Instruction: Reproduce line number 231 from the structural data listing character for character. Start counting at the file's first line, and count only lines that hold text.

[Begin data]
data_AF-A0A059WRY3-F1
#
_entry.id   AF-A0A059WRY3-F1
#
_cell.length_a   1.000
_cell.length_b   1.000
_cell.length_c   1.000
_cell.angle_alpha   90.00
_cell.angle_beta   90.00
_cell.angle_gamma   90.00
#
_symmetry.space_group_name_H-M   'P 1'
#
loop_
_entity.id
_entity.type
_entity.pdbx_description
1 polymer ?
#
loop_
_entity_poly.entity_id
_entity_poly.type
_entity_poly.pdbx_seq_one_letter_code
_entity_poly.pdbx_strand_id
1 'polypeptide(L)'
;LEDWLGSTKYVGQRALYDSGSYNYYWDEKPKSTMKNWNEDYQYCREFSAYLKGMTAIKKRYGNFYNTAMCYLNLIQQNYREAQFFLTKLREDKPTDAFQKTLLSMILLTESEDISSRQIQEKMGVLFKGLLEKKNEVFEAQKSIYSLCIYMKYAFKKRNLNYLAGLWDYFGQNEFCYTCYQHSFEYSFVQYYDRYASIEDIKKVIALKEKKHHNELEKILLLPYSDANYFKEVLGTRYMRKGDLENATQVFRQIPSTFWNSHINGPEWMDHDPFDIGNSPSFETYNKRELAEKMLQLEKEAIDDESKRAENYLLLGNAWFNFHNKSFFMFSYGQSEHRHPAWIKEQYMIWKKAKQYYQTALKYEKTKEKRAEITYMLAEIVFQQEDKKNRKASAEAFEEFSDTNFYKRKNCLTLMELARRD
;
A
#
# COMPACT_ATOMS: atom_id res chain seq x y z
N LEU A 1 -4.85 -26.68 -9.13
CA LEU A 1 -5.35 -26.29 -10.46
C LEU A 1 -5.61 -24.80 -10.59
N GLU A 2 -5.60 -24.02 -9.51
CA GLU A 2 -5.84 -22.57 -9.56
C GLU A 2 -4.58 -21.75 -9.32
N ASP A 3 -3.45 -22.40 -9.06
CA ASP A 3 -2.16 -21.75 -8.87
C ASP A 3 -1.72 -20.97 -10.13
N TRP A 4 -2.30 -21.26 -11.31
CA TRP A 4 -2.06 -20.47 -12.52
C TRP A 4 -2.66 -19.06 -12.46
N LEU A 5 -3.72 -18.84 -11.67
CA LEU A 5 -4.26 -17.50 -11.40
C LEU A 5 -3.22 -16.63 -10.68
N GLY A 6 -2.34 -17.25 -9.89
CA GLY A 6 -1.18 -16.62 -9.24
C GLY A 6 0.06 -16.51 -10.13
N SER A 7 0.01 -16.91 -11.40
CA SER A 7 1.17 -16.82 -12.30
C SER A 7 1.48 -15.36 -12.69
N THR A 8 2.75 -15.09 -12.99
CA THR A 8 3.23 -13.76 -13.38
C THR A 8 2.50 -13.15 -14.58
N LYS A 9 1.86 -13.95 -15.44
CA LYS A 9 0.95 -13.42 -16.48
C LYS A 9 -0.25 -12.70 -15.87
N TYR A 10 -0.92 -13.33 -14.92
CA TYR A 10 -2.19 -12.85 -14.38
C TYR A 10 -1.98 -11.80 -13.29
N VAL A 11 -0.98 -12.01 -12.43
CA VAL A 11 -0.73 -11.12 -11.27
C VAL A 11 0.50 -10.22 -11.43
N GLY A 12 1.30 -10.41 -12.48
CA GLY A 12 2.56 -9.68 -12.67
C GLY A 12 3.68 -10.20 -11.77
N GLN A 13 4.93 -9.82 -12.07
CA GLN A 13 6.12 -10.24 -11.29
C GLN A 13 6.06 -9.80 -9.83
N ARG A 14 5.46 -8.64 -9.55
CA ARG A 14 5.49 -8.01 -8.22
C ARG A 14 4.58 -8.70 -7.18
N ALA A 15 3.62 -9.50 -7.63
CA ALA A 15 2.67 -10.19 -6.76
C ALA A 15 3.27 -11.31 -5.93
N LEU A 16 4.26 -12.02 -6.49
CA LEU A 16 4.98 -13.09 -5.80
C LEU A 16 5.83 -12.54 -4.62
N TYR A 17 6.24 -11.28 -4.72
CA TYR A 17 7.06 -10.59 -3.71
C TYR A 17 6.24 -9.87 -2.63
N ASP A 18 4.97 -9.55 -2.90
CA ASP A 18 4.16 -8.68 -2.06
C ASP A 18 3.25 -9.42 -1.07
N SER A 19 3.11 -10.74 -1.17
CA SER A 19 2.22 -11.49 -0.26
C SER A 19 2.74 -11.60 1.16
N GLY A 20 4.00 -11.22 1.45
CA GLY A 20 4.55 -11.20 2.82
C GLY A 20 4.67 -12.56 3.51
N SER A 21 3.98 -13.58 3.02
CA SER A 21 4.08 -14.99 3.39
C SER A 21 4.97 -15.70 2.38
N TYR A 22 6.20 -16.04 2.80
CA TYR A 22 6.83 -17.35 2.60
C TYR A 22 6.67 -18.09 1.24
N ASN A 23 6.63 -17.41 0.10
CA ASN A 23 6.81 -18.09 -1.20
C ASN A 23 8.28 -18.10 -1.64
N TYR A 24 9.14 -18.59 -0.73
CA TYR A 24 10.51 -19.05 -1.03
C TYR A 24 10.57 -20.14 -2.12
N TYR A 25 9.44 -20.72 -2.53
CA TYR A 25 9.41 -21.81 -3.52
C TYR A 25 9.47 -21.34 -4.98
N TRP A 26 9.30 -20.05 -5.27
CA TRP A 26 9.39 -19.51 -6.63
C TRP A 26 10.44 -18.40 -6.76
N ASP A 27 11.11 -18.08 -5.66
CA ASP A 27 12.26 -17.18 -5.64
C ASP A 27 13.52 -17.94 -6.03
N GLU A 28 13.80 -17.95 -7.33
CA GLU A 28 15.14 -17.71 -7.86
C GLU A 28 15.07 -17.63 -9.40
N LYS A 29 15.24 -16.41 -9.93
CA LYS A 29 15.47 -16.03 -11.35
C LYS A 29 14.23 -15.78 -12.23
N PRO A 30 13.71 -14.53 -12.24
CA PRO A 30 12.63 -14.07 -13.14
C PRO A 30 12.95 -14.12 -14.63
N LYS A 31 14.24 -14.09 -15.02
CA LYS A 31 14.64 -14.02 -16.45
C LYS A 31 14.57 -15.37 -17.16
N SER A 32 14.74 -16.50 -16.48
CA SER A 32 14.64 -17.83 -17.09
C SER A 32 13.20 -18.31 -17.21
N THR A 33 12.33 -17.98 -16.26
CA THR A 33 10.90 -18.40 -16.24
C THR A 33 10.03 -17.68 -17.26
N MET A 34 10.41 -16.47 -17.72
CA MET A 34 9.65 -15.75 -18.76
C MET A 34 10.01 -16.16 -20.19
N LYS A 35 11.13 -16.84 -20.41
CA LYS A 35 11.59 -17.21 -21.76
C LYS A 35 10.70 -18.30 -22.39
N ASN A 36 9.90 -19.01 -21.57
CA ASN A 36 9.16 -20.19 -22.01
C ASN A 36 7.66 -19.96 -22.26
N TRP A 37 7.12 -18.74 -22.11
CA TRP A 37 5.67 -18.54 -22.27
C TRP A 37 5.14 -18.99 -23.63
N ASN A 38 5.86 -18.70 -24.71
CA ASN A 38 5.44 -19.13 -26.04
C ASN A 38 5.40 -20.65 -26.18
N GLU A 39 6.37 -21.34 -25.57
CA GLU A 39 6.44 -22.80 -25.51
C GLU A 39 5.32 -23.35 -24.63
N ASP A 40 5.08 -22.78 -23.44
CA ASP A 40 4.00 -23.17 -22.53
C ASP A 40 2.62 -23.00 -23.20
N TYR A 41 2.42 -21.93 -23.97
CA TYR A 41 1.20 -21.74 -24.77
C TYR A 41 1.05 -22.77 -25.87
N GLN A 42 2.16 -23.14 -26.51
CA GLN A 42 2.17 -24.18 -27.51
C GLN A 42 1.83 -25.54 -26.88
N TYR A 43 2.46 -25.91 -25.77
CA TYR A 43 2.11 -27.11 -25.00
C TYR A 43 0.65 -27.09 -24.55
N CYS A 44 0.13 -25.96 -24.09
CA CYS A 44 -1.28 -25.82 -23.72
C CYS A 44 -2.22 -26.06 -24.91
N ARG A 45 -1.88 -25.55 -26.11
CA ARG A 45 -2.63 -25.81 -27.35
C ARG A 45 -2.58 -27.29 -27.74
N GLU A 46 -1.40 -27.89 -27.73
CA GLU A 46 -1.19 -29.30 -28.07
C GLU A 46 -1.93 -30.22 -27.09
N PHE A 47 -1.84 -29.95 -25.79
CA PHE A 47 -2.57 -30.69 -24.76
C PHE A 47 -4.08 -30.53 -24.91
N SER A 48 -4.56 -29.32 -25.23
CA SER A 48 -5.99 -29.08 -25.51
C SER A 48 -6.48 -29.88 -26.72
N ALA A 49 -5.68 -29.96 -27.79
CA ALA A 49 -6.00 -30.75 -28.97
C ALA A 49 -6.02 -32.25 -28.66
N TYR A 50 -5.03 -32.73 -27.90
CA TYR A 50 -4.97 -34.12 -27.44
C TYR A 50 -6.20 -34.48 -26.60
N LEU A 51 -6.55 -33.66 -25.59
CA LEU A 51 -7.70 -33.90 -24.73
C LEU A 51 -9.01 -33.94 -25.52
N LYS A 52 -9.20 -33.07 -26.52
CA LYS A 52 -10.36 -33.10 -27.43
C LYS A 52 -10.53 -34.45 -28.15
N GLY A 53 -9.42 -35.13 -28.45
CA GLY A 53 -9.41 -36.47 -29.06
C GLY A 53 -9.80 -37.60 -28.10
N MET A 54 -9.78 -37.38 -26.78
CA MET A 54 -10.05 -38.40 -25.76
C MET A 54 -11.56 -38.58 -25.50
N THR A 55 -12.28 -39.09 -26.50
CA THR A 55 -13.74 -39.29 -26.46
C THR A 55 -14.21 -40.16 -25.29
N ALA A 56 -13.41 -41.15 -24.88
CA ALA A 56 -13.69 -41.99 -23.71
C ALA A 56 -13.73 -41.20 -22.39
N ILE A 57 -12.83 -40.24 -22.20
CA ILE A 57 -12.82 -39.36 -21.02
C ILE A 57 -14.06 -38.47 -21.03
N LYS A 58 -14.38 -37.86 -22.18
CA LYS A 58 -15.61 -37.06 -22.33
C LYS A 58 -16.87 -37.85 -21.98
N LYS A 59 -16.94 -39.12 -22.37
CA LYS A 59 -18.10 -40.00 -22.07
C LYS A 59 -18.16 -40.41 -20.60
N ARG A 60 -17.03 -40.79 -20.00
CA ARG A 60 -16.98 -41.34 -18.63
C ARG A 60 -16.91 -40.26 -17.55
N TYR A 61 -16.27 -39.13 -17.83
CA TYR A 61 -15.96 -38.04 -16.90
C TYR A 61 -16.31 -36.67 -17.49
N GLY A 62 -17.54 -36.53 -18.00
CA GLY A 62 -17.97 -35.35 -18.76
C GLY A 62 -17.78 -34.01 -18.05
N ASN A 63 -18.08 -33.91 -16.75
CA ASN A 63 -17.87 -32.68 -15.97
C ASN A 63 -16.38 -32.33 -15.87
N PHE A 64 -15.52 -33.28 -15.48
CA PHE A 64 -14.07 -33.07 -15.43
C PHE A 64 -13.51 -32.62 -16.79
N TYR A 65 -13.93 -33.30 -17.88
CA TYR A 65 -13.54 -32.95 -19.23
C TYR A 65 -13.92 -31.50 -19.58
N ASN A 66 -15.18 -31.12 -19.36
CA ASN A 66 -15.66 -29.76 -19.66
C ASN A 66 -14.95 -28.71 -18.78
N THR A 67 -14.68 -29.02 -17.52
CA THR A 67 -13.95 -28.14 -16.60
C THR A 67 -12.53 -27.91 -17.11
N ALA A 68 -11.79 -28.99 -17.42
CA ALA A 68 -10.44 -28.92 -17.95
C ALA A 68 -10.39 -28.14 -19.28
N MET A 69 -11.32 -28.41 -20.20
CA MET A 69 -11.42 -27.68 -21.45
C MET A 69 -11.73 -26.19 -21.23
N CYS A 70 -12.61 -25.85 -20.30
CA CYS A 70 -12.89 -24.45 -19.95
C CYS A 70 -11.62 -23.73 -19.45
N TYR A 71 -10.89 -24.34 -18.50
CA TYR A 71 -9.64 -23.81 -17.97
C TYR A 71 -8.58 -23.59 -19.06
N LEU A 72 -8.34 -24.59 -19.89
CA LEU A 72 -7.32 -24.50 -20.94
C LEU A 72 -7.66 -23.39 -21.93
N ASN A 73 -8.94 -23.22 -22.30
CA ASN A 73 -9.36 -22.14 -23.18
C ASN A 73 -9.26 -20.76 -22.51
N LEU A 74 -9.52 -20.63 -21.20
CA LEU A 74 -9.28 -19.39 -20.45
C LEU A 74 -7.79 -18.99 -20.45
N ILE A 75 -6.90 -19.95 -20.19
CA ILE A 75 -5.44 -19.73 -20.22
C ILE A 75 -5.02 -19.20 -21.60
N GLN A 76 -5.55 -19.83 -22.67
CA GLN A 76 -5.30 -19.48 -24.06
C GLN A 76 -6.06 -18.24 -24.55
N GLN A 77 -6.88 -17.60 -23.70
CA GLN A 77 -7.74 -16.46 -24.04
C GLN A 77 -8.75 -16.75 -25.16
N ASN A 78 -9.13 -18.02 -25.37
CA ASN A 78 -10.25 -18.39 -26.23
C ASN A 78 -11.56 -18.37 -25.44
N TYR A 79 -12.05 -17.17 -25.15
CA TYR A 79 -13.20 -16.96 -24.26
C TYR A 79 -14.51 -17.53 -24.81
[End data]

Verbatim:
C THR A 67 -12.53 -27.91 -17.11